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Stephen Miller vows to ‘implement the policy doubly’ in the face of whistleblowers alleging corruption

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Controversial White House advisor Stephen Miller lashed out at his perceived enemies during a West Wing interview with the right-wing Washington Examiner newspaper.

Miller’s interview was published as Ambassador Bill Taylor testified before Congress, confirming the whistleblower complaint that President Donald Trump solicited foreign election assistance in the 2020 election.

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“This is a mortal threat to the American system of government,” Miller argued.

He blasted federal government employees for reporting wrongdoing.

“It is best understood as career federal employees that believe they are under no obligation to honor, respect, or abide by the results of a democratic election,” Miller argued, despite Trump losing the popular vote by 2,868,686 votes. “Their view is, ‘If I agree with what voters choose, then I’ll do what they choose. If I disagree with what voters choose, then I won’t, and I’ll continue doing my own thing. So basically it’s heads I win, tails you lose.'”

He accused whistleblowers of lying and cheating.

“‘If you elect Hillary Clinton, then I’ll implement all of her policies very faithfully, and if I see massive evidence of corruption on Hillary Clinton’s part, they I’ll keep it all a secret. If you elect a candidate I disagree with, then I’ll lie, I’ll leak, I’ll cheat, I’ll smear, I’ll attack, I’ll persecute, and I will refuse to implement, and I will obstruct at every single step of the way,'” he argued.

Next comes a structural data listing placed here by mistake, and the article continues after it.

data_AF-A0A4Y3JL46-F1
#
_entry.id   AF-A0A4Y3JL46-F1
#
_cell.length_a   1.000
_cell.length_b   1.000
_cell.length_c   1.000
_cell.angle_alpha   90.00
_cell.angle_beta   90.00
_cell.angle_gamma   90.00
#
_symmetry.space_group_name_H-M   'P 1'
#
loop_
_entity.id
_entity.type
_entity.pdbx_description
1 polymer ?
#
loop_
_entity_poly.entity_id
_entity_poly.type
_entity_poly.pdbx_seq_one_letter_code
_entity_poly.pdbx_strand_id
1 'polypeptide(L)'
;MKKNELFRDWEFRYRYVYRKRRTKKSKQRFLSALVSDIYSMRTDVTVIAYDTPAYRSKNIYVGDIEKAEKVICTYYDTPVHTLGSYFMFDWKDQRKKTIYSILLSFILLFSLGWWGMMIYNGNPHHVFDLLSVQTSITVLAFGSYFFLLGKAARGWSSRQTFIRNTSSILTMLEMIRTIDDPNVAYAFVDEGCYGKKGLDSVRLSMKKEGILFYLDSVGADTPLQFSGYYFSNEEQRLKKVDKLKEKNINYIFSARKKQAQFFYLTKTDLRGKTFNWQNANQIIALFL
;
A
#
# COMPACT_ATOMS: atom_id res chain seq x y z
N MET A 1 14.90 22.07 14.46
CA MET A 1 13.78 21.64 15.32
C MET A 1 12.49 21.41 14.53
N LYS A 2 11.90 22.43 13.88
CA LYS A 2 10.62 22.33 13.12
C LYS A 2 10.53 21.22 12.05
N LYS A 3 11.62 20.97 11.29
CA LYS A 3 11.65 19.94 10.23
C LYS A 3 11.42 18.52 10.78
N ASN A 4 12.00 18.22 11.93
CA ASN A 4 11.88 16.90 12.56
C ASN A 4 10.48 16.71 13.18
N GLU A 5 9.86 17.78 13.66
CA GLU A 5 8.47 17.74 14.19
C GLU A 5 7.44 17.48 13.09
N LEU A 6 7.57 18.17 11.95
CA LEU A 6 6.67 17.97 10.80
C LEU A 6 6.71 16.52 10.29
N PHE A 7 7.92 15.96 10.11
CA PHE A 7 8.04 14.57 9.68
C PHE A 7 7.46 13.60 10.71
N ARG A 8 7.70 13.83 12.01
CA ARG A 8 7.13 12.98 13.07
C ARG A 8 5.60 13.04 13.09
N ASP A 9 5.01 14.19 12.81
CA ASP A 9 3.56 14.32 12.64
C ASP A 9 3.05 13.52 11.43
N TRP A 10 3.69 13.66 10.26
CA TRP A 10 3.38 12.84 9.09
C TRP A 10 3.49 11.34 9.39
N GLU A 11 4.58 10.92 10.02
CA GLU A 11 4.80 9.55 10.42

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“We’ve made clear that your leaks will backfire and your sabotage will fail, and we’ll simply implement the policy doubly,” Miller said. “Not only will you not change the outcome, but the more that you try to leak and disrupt, the more determined the president will be in his course to accomplish that which he was sent here to do.”

Miller said Trump’s accomplishments are a “miracle.”

“Never has someone occupied the Oval Office who is more undeterred and undaunted in executing the task that he was brought here and has pledged to execute,” he said. “It is truly a miracle to behold.”

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2020 Election

So long, Steve King: 9-term white supremacist GOP congressman from Iowa loses primary

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U.S. Congressman Steve King, nine-term Republican of Iowa, has just lost his primary to a GOP challenger. It’s a huge fall from grace: In 2014 The Des Moines Register labeled the former earth-moving company founder a “presidential kingmaker.”

But his racist, white nationalist, white supremacist, anti-immigrant, anti-Semitic, homophobic, transphobic, biphobic remarks and disturbing ties to far right radical European politicians – including one he endorsed who has ties to a neo-Nazi, finally caught up with him.

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When the president’s son-in-law truly was a great success

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For many Americans, the idea of the president tasking his son-in-law with solving national, even international, crises, seems problematic, if not absurd. But it happened once before and turned out to be the kind of “great success story” our current first family wants us to believe in again. Slightly over a century ago, as the US mobilized for the First World War, the nation faced devastating breakdowns of its financial and transport systems. In response, President Woodrow Wilson leaned heavily on his talented and experienced Treasury Secretary, William McAdoo, who just happened to be his son-in-law. Looking back at this episode tells us a lot about what makes for successful emergency management at the highest levels of government.

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Here are 7 ways Donald Trump is just like Henry Ford — and why that’s not good for American democracy

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On May 21, speaking at the Ford Motor Company’s Rawsonville plant in Ypsilanti, Michigan, Donald Trump paid his latest homage to Henry Ford, lauding the family’s “good bloodlines” with Ford’s great grandson sitting in the front row.

Ford, like Trump, was obsessed with bloodlines—with the idea that race and genetic origins determined who counted as the “best people.”

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